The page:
Few students warm up to R-Day
A sense of accomplishment at being chosen and being representatives of their respective schools unites these 185 children from classes III to XI, reports Jatin Anand and Joyeeta Ghosh.delhi Updated: Jan 26, 2010 00:34 IST
The last two months have been rather hard on Ishika Sharma (8).
She got up before six everyday and rushed to Rajpath to be part of a lively contingent marching through the morning chill and dense fog.
Despite following a regular Indian Army Cadet’s morning schedule for the last 60 days, she isn’t complaining.
“I like being part of the contingent because my parents say they are proud of me,” said the class three student from Uttam Nagar’s Kamal Model School, unsure whether she has used the right English word to describe how her parents feel.
She is one of the youngest from a group of 600 students who will be part of this year’s Republic Day parade.
“I got up at 5 am to practice my gymnastics routine,” said Vikas Singh (11), a class six student. “Then I’m warmed up for the real routine at Rajpath.”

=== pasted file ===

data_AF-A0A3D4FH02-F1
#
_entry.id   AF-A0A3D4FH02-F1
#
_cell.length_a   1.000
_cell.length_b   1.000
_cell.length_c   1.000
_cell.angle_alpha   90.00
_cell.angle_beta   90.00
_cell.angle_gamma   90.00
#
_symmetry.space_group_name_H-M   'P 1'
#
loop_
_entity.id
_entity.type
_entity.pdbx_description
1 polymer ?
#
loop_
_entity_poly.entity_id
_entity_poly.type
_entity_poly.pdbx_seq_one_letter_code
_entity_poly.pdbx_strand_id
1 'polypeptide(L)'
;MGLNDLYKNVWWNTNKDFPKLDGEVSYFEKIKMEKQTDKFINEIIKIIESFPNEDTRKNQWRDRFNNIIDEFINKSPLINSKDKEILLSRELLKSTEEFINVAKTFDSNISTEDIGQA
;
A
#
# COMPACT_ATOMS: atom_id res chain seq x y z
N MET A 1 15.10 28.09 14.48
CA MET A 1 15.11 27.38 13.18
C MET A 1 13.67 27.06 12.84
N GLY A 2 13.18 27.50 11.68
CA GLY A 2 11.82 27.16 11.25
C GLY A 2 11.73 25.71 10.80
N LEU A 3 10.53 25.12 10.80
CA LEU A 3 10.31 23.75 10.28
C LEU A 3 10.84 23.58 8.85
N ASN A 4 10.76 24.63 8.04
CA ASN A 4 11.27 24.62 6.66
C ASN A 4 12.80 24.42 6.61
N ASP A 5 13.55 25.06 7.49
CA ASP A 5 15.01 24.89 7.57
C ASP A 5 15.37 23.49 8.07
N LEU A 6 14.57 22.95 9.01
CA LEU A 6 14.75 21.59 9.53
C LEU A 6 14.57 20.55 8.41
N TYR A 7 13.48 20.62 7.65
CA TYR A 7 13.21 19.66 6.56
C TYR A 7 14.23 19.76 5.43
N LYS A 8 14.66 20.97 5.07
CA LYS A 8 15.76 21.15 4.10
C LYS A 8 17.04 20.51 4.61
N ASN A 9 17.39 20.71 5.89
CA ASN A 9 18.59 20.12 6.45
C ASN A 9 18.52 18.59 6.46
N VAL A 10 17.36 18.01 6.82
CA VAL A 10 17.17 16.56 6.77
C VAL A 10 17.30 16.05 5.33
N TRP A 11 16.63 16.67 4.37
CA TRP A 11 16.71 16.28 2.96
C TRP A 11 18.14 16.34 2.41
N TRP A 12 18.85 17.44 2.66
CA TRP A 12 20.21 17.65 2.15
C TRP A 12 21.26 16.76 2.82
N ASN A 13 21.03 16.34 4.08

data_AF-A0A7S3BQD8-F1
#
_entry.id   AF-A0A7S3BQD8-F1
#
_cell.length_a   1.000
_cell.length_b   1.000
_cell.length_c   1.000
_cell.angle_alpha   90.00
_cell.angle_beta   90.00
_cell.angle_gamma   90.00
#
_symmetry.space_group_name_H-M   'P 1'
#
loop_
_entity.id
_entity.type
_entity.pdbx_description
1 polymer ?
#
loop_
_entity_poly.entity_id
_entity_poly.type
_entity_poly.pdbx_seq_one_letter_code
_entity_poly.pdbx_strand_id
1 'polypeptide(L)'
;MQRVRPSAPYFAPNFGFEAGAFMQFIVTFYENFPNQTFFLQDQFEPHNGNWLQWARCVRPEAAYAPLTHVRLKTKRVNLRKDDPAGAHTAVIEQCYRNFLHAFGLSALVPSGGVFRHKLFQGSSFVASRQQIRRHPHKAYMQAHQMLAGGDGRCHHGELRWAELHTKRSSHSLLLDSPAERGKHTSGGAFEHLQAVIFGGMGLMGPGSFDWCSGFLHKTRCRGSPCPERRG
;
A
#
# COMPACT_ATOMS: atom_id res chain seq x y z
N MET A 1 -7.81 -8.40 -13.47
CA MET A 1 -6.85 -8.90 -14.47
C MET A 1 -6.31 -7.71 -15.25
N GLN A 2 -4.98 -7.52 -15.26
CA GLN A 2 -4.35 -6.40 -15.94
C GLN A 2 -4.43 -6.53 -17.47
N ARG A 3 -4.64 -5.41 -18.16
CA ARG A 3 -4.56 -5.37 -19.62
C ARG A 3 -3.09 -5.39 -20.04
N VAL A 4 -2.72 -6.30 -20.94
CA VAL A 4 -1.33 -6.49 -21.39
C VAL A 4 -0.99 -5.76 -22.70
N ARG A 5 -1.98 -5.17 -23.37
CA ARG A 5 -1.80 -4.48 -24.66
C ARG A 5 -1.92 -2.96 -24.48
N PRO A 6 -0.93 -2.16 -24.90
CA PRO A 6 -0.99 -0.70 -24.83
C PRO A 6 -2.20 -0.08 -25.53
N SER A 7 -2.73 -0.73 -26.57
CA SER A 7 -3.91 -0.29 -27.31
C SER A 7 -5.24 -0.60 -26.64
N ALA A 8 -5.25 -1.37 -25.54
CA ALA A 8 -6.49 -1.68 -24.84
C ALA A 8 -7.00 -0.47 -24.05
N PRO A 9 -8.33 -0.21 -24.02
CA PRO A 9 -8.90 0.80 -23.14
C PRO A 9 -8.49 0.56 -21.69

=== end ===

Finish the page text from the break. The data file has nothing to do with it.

A sense of accomplishment at being chosen and being representatives of their respective schools unites these 185 children from classes III to XI.
“It’s a great feeling. I thank my school for giving me the honour to represent it on such a huge platform,” said Neeraj Masson (17), a class XI commerce student from Vandana International School.
Through gymnastics and yoga, these students from Kamal Model School, Mohan Garden, and Vandana International School, Dwarka, will articulate their pride at India’s progress, pay tribute to martyrs and welcome the world to the Commonwealth Games. The exercise has been dubbed ‘Viramhin Prawah’.
“It is important for students to participate in this kind of an event. It helps instill a sense of nationalism and patriotism in them,” said Vandana Tandon, Principal, Kamal Model School, Dwarka.
Dibyendu Mandal (17), a class XII student from Modern School, Barakhamba Road, agreed. “It would be a pleasure to represent my school in front of the dignitaries,” he said.
But there are very few public schools that participate in the exercise.
“We don’t send our students for this kind of an event because we don’t see any objective behind it. It requires regular practice for three months, which upsets their study schedule,” said Annie Koshy, Principal, St Mary’s School, Safdarjung Enclave. “Also, its too cold in the morning.”
“I would have no problem with participating, but I don’t think many of my friends would join me,” said Pulkit Goel (17), a class XI student of Air Force Bal Bharti School.
“It’s true we don’t see too much participation from the public schools,” said Mahabali Satpal, Additional Director of Education, Sports Branch.
“We are open to both public and government schools. It is up to the schools to apply,” said Satpal.